Korea Rewrites ‘History of Trade’
By Ryu Jin
In 2006, South Korea made a milestone in its history of trade. In the early 1960s, it was just a poor country that at best exported wigs. In just four decades, it has become the 11th country in the world to break the record of $300 billion in exports.
More concretely, the feat came 42 years after the nation's annual exports first posted $100 million in 1964; 29 years after it reached $10 billion in 1977; 11 years since it exceeded $100 billion in 1995; and in just two years since it topped $200 billion in 2004.
South Korea, which has grown to become a powerhouse in the fields of shipbuilding and semiconductors among others, now tries to redouble the figure to $1 trillion in total trade, including exports of $600 billion, over the next five years.
Over the past 45 years, South Korea has experienced a rapid and condensed growth with average annual growth rates of 7.5 percent, especially until the 1980s based on low wages, excess demand and increases in exports.
Since the 1990s, however, economic growth has entered a new phase. In particular, the growth rate dropped significantly largely due to slow domestic consumption and falling investments since the 2000s.
``At a time when the country's economic growth has been slowing down, the $300 billion in exports last year was a brilliant achievement,'' said Lim Sung-ho, a researcher at the Institute for Northeast Asian Economy & Trade.
Japan's yearly exports grew from $100 billion in 1979 to $200 billion in 1986 and $300 billion in 1991. In 2004, the country's total trade exceeded $1 trillion including more than $500 billion in exports.
``South Korea saw the increase from $200 billion to $300 billion in two years, three years faster than Japan,'' Lim said. ``This is a good sign that the country's export growth rate is picking up speed.''
Now the country's total trade is expected to top $700 billion by the end of this year in accordance with sharp growth rates in recent years, according to the Ministry of Commerce, Industry and Energy and the Korea International Trade Association (KITA).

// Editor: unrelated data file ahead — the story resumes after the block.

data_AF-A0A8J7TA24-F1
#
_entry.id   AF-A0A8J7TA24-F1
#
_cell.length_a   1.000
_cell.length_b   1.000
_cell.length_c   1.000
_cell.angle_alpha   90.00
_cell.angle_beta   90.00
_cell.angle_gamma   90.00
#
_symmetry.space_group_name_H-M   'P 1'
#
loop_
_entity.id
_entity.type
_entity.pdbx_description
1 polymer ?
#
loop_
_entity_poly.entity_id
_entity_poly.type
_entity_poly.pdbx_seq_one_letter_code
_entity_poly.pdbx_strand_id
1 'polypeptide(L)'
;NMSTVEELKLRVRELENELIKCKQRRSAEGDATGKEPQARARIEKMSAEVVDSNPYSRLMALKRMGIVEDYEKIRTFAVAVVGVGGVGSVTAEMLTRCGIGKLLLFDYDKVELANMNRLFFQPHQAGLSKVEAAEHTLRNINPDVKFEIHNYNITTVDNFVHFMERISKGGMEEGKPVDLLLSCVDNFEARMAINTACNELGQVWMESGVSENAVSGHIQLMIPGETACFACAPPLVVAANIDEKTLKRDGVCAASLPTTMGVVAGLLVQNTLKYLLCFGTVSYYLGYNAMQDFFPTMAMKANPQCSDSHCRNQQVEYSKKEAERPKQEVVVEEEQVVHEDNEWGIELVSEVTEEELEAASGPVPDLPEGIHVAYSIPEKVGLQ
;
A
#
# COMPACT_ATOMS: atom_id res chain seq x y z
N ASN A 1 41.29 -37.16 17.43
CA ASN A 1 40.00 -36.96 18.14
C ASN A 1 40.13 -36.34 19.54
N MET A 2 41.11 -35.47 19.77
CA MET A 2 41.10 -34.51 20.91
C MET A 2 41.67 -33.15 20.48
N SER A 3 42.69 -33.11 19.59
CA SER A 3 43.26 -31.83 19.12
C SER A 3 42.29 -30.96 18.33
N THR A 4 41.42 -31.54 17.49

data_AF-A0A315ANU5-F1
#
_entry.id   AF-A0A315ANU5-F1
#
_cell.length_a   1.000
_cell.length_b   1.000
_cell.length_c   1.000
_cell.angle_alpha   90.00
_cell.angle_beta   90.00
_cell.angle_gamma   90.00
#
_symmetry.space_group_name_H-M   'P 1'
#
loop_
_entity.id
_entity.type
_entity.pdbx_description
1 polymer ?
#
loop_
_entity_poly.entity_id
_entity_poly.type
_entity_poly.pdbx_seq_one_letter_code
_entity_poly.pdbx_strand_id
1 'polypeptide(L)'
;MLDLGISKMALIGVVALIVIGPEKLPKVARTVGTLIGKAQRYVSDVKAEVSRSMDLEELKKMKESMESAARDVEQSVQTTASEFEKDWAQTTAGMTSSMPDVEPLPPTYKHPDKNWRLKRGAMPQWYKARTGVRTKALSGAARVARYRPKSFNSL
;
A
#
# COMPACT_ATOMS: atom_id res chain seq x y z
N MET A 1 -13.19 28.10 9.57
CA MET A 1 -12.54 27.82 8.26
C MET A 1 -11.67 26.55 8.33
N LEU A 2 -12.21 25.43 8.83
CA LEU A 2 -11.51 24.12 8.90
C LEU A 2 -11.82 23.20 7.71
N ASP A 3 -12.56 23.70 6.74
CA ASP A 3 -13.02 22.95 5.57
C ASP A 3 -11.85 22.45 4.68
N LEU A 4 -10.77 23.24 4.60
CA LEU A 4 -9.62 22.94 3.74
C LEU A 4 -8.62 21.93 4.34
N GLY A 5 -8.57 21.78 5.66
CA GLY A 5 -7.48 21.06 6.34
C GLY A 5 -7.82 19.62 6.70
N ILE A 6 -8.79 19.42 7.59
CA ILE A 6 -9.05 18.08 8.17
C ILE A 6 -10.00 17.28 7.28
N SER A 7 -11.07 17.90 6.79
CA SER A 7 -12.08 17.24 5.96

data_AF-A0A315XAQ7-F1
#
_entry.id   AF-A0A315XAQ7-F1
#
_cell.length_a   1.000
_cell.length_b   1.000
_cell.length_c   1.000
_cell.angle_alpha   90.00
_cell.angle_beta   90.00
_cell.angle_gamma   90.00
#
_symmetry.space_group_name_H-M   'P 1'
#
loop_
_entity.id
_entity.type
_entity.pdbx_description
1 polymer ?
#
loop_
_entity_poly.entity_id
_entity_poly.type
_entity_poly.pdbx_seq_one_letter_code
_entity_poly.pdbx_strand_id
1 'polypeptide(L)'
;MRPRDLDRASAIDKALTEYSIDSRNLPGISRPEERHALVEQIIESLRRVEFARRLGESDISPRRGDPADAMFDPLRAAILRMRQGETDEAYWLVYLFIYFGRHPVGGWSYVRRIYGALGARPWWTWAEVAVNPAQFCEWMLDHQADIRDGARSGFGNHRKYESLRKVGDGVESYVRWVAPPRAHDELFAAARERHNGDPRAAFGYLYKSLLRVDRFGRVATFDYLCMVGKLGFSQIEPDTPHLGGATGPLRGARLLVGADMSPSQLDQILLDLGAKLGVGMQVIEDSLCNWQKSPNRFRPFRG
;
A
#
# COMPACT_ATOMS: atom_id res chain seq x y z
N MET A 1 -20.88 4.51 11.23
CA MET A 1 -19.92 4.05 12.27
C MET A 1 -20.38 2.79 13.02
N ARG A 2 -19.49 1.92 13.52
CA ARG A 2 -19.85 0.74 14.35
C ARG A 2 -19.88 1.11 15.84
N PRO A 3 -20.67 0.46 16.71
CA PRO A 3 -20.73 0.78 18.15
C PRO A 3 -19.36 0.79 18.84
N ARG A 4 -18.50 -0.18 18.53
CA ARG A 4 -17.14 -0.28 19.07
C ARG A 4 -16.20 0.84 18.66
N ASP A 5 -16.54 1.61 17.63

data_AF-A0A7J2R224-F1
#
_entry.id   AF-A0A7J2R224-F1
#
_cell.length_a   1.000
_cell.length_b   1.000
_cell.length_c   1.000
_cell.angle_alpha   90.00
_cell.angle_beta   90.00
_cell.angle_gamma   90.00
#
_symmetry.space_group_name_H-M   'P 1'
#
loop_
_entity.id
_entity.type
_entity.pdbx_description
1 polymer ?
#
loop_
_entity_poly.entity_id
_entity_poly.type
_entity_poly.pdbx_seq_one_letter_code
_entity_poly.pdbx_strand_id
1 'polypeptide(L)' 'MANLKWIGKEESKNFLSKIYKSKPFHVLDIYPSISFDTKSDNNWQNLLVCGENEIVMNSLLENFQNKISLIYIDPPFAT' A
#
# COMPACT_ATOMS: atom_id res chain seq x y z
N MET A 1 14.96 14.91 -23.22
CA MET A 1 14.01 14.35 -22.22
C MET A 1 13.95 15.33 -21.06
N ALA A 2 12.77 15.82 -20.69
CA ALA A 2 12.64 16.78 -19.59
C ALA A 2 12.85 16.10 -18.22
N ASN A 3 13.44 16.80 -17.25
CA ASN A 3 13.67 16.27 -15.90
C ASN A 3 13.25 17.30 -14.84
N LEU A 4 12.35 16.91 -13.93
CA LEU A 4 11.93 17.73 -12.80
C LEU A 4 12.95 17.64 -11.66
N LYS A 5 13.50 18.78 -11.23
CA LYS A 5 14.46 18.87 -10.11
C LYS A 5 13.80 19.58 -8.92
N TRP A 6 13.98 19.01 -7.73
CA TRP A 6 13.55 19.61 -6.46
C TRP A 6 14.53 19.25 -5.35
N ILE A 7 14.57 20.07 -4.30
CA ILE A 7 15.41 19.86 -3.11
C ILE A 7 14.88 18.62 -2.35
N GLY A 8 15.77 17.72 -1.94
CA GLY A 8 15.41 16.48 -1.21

Government ministries have been seeking concrete measures for a mid-term roadmap to the next goal of $1 trillion in trade including exports of over $500 billion in the next five years.
As of late 2005, there were only four countries whose total trade volume exceeded $1 trillion: the United States, Germany, China and Japan. They are also countries that posted annual exports of more than $500 billion.
``It means that a country must achieve the goal of $500 billion in exports in order to join the group of countries with more than a $1 trillion trade volume,'' said Kim Su-in, a researcher at the Institute for International Trade.
Experts stress that the country needs to manage a stable domestic economy, advance main export industries and adapt itself to the changing business environment in global markets in order to further expand its exports.
It took 13 years for Japan to pull up its exports from $300 billion to $500 billion. During the period, the country was in a longtime slump amid soaring real estates prices. A stable domestic economy is very important to secure competitiveness for exports.
Further advancement in export industries is another key for the goal of $500 billion in exports. ``Sandwiched'' between advanced countries and developing countries, South Korea has no other choice but to find new growth engines and explore new markets.
Leading conglomerates such as the Samsung and Hyundai-Kia Automotive groups have also been putting spurs on their global management with new strategies to find ways for sustainable growth.
In particular, private enterprises also should brace themselves for the era of free trade agreements (FTAs), into which the country has already entered. Experts warn that the FTAs could come as an opportunity or crisis depending on their preparedness.
Since the first deal with Chile in 2004, South Korea has actively pursued bilateral FTAs with other nations and economic blocs in the belief that they would provide new momentum for growth.
Beside the deals with others including Singapore and the Association of Southeast Asian Nations (ASEAN), the country also signed an FTA with the United States in June and is now negotiating with the European Union (EU) for another major deal.
Business leaders are now calling for an FTA with China, the largest trading partner for South Korea, in addition to the calls for deals with other countries in the Asia-Pacific region including Japan and Australia.
``Recent surveys show that a majority of people think that we need some more time before seeking an FTA with China,'' a KITA official said. ``But most of them recognize that a South Korea-China FTA is inevitable for our economy.''
According to a poll last month by the Korea Chamber of Commerce and Industry, 70 percent of domestic companies expect that an FTA with China would have a positive influence on South Korea's exports to the neighboring country.